We talked to Robb Duncan – who co-owns the business with his wife, Violeta Edelman – about Dolcezza’s beginnings, its expansion throughout the DC area, and its plans for the future.
Q: What inspired the creation of the new space?
A: We always wanted to have this beautiful, open air space. Obviously, we started out in a 300 square-foot kitchen in Georgetown. That’s all we needed then, 10 years ago. Then, we had 5 shops, and we needed a much bigger space to accommodate that. That’s when we found this location. We love it and we love the neighborhood. It’s part of a whole development that’s part of the revitalization of the old food market in DC.
The past year [in the old space] was a total miracle. I don’t know how we were able to do what we did in the square footage we did!
Q: What can visitors expect during the tours?
A: We’ll walk around the factory floor with them and show them where we produce everything, start to finish. Right now, we have three working days of production – where we cook and chill our bases and then we spin the flavors out, flavor by flavor. We’ll show them how it’s done and they can taste it immediately after.
Visitors are going to be eating only the freshly spun gelato. When we were in our old space, that’s the one thing that got us – we’d try the gelato out of the machine and, we’d think, wow, if people could only taste it then! (Laughs.) Now they can. It’s so soft; it just melts right in your mouth.
Q: What goes into developing a flavor? Are there some flavors that never get sold?
A: Pretty much all of our flavors are based on classic flavor combinations in various cuisines. Lemon basil, for example, is very common in Italian cuisine. We also get inspired by mixologists and their cocktails and what they’re putting together. Our farmers also inspire us – they turn us on to their fruit, their cheese, and they suggest ideas sometimes.
Ultimately, it’s important for us to come up with flavors that really work. Like, right now, we’re experimenting with Thai peanut butter gelato, and we’re grinding our own peanut butter and seeing how it works. We don’t want to throw just anything together.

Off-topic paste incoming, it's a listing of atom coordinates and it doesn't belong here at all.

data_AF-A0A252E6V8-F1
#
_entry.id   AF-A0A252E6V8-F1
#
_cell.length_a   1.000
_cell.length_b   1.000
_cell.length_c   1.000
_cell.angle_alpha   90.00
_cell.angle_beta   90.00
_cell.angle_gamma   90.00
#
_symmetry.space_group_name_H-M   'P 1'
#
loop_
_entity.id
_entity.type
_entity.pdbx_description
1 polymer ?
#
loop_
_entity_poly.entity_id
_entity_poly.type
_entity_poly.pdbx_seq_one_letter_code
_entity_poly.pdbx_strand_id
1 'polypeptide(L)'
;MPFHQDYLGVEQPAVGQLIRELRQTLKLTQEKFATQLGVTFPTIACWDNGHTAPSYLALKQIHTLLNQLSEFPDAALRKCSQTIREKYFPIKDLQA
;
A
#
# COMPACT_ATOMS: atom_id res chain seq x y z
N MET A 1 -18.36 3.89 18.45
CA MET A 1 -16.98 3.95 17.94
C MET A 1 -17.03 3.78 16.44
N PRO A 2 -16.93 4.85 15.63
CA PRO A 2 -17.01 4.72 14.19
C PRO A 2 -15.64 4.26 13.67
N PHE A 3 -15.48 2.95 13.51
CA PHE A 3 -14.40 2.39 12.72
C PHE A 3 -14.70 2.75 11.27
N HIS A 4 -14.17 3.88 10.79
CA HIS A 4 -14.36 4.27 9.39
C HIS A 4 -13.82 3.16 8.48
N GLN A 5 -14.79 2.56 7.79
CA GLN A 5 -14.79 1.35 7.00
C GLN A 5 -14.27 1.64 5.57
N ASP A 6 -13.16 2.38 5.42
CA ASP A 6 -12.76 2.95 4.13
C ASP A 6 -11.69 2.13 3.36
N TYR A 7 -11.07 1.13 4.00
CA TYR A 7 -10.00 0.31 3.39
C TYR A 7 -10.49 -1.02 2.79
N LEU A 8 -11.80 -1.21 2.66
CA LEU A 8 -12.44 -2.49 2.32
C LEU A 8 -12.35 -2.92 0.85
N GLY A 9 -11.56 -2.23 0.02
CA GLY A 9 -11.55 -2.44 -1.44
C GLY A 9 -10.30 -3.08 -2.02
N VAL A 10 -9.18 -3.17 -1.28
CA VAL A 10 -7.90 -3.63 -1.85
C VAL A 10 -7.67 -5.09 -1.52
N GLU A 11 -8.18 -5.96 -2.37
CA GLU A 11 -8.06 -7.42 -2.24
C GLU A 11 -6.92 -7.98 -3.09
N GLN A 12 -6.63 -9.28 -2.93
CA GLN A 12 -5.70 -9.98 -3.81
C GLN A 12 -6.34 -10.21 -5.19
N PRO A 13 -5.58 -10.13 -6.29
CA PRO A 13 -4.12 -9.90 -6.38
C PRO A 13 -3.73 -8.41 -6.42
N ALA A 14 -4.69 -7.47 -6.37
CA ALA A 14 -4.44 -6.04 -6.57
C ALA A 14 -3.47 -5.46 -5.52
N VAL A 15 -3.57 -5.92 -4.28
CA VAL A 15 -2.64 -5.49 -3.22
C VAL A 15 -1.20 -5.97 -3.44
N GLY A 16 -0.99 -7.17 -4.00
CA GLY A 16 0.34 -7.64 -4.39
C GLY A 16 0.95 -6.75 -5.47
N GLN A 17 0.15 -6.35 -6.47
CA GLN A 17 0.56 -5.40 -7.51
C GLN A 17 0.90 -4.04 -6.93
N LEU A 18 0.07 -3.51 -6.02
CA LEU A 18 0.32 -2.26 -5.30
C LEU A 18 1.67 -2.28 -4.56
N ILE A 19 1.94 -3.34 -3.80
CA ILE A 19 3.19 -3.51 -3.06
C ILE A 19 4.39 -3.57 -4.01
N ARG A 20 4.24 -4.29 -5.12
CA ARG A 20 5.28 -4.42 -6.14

One flavor we tried that didn’t quite work was strawberries with balsamic vinegar and black pepper. We tried it when strawberries were in season, but it never quite did the flavors justice. The balsamic and black pepper got in the way of the strawberries. With the factory now, though, we’re going to be developing sundaes, and we might try to bring this back in a sundae where the flavors are incorporated as separate components.
Q: What flavor has been the most satisfying for you to produce?
A: The one that stands out is the lemon opal basil. The opal basil is grown for us by Zach Lester at Tree and Leaf Farm. It’s this dark, purple basil that’s so pungent and so spicy. We juice the lemon, chop up the basil, and infuse the two. The color looks like pink lemonade and the taste is so refreshing, especially during the hot summers here.
Q: The focus on local and seasonal ingredients is now much greater than it was when Dolcezza first began. How has that affected your business?
A: We form really tight relationships with our farmers and work together with them. It helps farmers because then they have a large-volume dedicated client, and it helps us, too. It’s something we really thought about with this lab – we went out to our farmers to see if they could produce and grow with us. They’re such amazing people. It’s so hard to do what they do and support their family. When you get into it and you’re close to it, you realize that no one is working harder than them.
Q: What’s next for Dolcezza?
A: We now also have a 800 square-foot mezzanine in our new space, so we’ll be doing tons of events, dinners, and pop-ups with other chefs. We might bring in our farmers and pair them up with chefs. We’d compose plates and serve coffee and fresh gelato for dessert. We want to have relevant events, talks, and conversations with farmers, chefs, and DC’s creative community. With DC being such a center for policy, there’s a rich pool of people at nonprofits, NGOs, and think tanks doing amazing things – and we want to pull all of that together and have different events with that, too.
We eventually want to hold classes in this space – classes on how to make gelato, where to get ingredients, and know more about farmers. We also want to do classes on coffee, on topics like countries of origin, cupping, and coffee farming. We haven’t formalized this yet, but we’re wanting to do it!
Originally published here.